Tuesday, February 12, 2013

The most misunderstood writing rule: Write what you know.

Write what you know? I say write what you want to know.

Every time I hear someone use this line I cringe. Not because it is not true but because the one saying it most the time has no clue what it means or how to explain it to others. 

If it was true that a good writer has to write what he or she knows, there would not be young writers, or what about people who write about dragons and wizards... did they grow up on a dragon ranch and study magic? 

Now in crime fiction or a story that has to be real this rule gets to be even more misunderstood. So I shall give you my 29 cents about the subject. 

Write what you know: What most writers mean is if you were a doctor write medical thrillers or the like. If you were a cop write police procedurals. This is NOT what you should do, yeah it might be easier but you can write whatever you want.

I am not a cop, doctor or dragon wizard. But I write about cops, time travel, angels, demons, and sometimes romance.

Write what you know: The correct way to view this rule is to write what you know--what do you know about heartbreak? What do you know about fear, love, hate, greed, truth, lies, and revenge?  You ever get that feeling you are being watched, the fear that someone might be in the house in the middle f the night?

This is what it means to Write what you know. Old or young we all feel and have life experiences. Even children feel shame and loss when one of their friends says their mean and that they don't want to play anymore. 

Stephen King said in his book On Writing: that a great writer writes without fear. I never understood this till I understood that it takes courage to look at a painful time in my past and draw from that pain to write a scene about that same feeling. It is hard to let myself feel again the feelings I may have buried and transfer that to my story. But to go from a good writer to a great writer you must feel.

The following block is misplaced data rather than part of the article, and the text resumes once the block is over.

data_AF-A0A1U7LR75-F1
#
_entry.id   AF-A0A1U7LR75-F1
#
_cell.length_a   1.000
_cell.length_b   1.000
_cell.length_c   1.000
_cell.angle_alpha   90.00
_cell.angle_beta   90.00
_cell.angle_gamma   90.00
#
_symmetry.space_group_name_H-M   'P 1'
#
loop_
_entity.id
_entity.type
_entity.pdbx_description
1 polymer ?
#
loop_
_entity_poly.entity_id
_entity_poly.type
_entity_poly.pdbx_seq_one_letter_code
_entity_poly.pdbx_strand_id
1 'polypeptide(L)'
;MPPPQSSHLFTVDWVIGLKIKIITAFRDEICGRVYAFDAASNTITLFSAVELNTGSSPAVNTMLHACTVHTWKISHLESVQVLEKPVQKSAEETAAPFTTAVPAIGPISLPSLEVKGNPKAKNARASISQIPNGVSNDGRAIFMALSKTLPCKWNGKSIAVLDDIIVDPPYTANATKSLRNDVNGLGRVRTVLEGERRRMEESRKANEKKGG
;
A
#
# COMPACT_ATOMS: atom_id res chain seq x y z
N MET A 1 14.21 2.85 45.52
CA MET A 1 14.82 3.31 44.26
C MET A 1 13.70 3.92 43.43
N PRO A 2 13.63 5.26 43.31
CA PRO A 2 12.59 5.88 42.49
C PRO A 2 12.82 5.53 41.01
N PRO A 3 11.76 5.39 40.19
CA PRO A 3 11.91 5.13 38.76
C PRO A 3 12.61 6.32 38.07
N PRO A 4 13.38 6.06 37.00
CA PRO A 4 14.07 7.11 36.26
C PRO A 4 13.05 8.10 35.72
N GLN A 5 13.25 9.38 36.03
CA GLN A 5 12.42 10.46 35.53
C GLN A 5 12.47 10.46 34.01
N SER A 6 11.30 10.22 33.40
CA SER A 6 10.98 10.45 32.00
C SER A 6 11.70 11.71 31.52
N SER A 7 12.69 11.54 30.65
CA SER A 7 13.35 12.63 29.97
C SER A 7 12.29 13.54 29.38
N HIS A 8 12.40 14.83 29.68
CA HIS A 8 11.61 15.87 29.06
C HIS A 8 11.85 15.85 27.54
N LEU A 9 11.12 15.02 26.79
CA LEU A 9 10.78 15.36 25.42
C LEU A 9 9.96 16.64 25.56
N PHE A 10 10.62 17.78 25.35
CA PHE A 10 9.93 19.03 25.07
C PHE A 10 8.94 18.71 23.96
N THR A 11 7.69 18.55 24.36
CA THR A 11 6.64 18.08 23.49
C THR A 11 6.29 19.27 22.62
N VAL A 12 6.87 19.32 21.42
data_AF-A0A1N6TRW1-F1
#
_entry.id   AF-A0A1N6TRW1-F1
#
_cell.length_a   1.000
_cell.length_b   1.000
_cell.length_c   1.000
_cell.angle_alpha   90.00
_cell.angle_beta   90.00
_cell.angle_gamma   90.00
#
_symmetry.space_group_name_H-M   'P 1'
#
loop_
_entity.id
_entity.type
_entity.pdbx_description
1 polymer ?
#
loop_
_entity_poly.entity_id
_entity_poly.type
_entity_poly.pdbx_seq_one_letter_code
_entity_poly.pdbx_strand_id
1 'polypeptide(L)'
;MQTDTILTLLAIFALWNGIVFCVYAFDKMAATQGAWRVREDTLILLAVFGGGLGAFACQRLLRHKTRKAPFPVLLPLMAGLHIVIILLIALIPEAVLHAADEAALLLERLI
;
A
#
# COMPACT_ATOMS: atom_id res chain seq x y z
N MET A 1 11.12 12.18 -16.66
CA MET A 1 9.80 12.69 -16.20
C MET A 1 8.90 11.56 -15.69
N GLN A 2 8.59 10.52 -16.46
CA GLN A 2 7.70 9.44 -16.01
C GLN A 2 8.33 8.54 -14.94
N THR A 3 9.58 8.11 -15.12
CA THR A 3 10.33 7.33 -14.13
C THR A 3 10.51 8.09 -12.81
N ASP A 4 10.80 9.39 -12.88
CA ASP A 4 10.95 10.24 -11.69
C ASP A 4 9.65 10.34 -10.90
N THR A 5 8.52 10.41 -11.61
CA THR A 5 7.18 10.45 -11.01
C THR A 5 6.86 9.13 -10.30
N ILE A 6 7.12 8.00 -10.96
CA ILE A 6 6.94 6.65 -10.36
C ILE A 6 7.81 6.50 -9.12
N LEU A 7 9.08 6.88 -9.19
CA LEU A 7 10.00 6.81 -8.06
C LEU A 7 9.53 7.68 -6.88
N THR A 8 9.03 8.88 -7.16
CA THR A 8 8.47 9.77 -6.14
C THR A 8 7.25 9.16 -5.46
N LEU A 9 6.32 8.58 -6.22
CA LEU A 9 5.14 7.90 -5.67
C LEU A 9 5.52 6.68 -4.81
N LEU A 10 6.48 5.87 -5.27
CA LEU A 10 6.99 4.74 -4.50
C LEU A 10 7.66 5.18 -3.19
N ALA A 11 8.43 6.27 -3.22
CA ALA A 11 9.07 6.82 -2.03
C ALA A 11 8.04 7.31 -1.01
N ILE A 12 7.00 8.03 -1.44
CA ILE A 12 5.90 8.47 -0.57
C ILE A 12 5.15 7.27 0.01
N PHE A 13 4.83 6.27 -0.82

Now that you know what this old saying really means, can you Write what you know? No matter if the book is about dragons or cops it is all the same thing, feelings and how that moves the story.

What are some examples you may have had with your own writing? Did you draw from your past or maybe what you are going through now in your own life?

Author Aaron Patterson: Blog: The Worst Book Ever.


  1. Good post, Aaron. I refer to this kind of "advice" often and call it the "bumper sticker school of writer's advice." Meaning, it's only part of the advice--the part that can fit neatly on a bumper sticker. The entire advice is: Write what you can convince the reader you know. Makes more sense but it's harder to fit on a bumper sticker. Another of those is that "Show, don't tell." Well... hate to say it, but there are times in a novel when it's proper to tell. A novel that's 100% showing and not telling is called a "screenplay."

  2. You are soooooo right! (As always. LOL!) Lots of recent brain science research out there says readers read fiction for the express purpose of feeling what the story people feel - and when the story puts the readers into the feelings, everybody wins. Took me a long time to understand this.....

  3. When I started writing my novel, I had the heroine traveling from a small town outside of NYC. Then I thought, sheesh! At least make this part easy! (I changed it to Boulder.) I think writing from our imaginations is the fun part! I just research the stuff I don't know like what the police procedure is in France.
    Great point!

  4. Like every rule this one has its place. I think a good rule that includes the above one is a hybrid of three rules. The best writing comes from combining what you know, what you hear from others in real life, and what you can make up. I enjoyed the post.